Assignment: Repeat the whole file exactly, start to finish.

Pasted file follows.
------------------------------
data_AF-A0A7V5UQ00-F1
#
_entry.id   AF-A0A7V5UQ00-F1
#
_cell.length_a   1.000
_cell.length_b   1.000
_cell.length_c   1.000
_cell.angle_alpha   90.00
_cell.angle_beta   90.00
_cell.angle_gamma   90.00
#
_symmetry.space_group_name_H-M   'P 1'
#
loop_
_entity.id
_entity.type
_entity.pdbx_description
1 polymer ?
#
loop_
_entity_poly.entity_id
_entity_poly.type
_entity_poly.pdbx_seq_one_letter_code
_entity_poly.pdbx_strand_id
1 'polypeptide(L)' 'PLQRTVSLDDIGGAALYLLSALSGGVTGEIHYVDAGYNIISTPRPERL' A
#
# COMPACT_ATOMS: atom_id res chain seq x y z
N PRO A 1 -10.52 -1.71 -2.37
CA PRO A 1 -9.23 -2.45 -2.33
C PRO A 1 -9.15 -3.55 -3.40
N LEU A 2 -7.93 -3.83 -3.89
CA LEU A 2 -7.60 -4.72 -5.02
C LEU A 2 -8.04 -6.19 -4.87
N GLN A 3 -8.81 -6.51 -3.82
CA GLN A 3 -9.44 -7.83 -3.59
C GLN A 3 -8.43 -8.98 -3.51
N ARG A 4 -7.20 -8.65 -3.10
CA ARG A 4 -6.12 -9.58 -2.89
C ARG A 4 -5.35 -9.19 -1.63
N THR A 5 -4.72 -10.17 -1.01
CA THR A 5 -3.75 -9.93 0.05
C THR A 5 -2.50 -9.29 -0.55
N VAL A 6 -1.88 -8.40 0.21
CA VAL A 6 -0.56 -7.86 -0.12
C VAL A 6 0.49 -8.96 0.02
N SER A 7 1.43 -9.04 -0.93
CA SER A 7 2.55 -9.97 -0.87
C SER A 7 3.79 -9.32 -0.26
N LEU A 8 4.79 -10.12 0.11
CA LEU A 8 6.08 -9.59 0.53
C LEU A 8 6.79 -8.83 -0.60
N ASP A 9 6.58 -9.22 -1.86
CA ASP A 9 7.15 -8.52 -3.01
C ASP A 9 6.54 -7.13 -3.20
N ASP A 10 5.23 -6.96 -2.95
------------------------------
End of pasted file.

data_AF-A0A7V5UQ00-F1
#
_entry.id   AF-A0A7V5UQ00-F1
#
_cell.length_a   1.000
_cell.length_b   1.000
_cell.length_c   1.000
_cell.angle_alpha   90.00
_cell.angle_beta   90.00
_cell.angle_gamma   90.00
#
_symmetry.space_group_name_H-M   'P 1'
#
loop_
_entity.id
_entity.type
_entity.pdbx_description
1 polymer ?
#
loop_
_entity_poly.entity_id
_entity_poly.type
_entity_poly.pdbx_seq_one_letter_code
_entity_poly.pdbx_strand_id
1 'polypeptide(L)' 'PLQRTVSLDDIGGAALYLLSALSGGVTGEIHYVDAGYNIISTPRPERL' A
#
# COMPACT_ATOMS: atom_id res chain seq x y z
N PRO A 1 -10.52 -1.71 -2.37
CA PRO A 1 -9.23 -2.45 -2.33
C PRO A 1 -9.15 -3.55 -3.40
N LEU A 2 -7.93 -3.83 -3.89
CA LEU A 2 -7.60 -4.72 -5.02
C LEU A 2 -8.04 -6.19 -4.87
N GLN A 3 -8.81 -6.51 -3.82
CA GLN A 3 -9.44 -7.83 -3.59
C GLN A 3 -8.43 -8.98 -3.51
N ARG A 4 -7.20 -8.65 -3.10
CA ARG A 4 -6.12 -9.58 -2.89
C ARG A 4 -5.35 -9.19 -1.63
N THR A 5 -4.72 -10.17 -1.01
CA THR A 5 -3.75 -9.93 0.05
C THR A 5 -2.50 -9.29 -0.55
N VAL A 6 -1.88 -8.40 0.21
CA VAL A 6 -0.56 -7.86 -0.12
C VAL A 6 0.49 -8.96 0.02
N SER A 7 1.43 -9.04 -0.93
CA SER A 7 2.55 -9.97 -0.87
C SER A 7 3.79 -9.32 -0.26
N LEU A 8 4.79 -10.12 0.11
CA LEU A 8 6.08 -9.59 0.53
C LEU A 8 6.79 -8.83 -0.60
N ASP A 9 6.58 -9.22 -1.86
CA ASP A 9 7.15 -8.52 -3.01
C ASP A 9 6.54 -7.13 -3.20
N ASP A 10 5.23 -6.96 -2.95